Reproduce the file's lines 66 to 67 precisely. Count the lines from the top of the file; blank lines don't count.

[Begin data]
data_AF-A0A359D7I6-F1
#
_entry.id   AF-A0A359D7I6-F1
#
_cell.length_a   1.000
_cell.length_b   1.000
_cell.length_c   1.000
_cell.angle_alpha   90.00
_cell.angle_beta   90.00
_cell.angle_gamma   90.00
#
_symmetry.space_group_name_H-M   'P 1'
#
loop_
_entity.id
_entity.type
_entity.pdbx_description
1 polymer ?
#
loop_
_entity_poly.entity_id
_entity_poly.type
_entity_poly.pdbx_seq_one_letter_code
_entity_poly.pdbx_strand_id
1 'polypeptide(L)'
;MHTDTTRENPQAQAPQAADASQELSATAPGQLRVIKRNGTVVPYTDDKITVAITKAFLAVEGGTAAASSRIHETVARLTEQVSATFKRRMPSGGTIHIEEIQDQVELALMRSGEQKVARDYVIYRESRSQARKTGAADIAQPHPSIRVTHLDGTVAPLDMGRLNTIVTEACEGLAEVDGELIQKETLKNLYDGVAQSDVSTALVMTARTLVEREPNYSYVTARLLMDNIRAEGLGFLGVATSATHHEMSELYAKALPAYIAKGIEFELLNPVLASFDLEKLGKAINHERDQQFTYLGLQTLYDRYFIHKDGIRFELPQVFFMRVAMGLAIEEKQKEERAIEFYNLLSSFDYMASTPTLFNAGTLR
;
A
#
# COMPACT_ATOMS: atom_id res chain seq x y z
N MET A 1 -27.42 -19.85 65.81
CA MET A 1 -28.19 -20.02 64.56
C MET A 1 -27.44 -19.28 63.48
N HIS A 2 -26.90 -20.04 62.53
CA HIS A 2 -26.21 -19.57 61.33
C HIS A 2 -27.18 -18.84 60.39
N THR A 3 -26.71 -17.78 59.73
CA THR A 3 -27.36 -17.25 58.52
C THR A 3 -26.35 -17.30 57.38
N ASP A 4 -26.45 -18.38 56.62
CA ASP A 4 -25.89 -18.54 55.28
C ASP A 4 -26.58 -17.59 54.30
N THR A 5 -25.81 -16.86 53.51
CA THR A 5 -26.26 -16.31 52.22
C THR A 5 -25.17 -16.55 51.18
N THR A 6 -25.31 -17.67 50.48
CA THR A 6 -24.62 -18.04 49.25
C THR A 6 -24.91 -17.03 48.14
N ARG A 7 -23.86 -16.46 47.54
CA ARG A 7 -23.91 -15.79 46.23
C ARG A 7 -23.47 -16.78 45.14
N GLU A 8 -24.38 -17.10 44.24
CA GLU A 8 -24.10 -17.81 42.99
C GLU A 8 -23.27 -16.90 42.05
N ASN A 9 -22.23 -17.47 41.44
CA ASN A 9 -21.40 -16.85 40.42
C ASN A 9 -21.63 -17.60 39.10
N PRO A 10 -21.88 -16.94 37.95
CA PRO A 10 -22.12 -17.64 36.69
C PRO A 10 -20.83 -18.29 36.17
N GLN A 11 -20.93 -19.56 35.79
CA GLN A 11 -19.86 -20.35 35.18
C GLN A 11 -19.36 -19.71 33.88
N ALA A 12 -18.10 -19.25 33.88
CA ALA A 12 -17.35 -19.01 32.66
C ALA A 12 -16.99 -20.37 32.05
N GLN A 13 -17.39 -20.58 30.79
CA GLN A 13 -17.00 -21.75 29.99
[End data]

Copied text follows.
C ALA A 12 -16.99 -20.37 32.05
N GLN A 13 -17.39 -20.58 30.79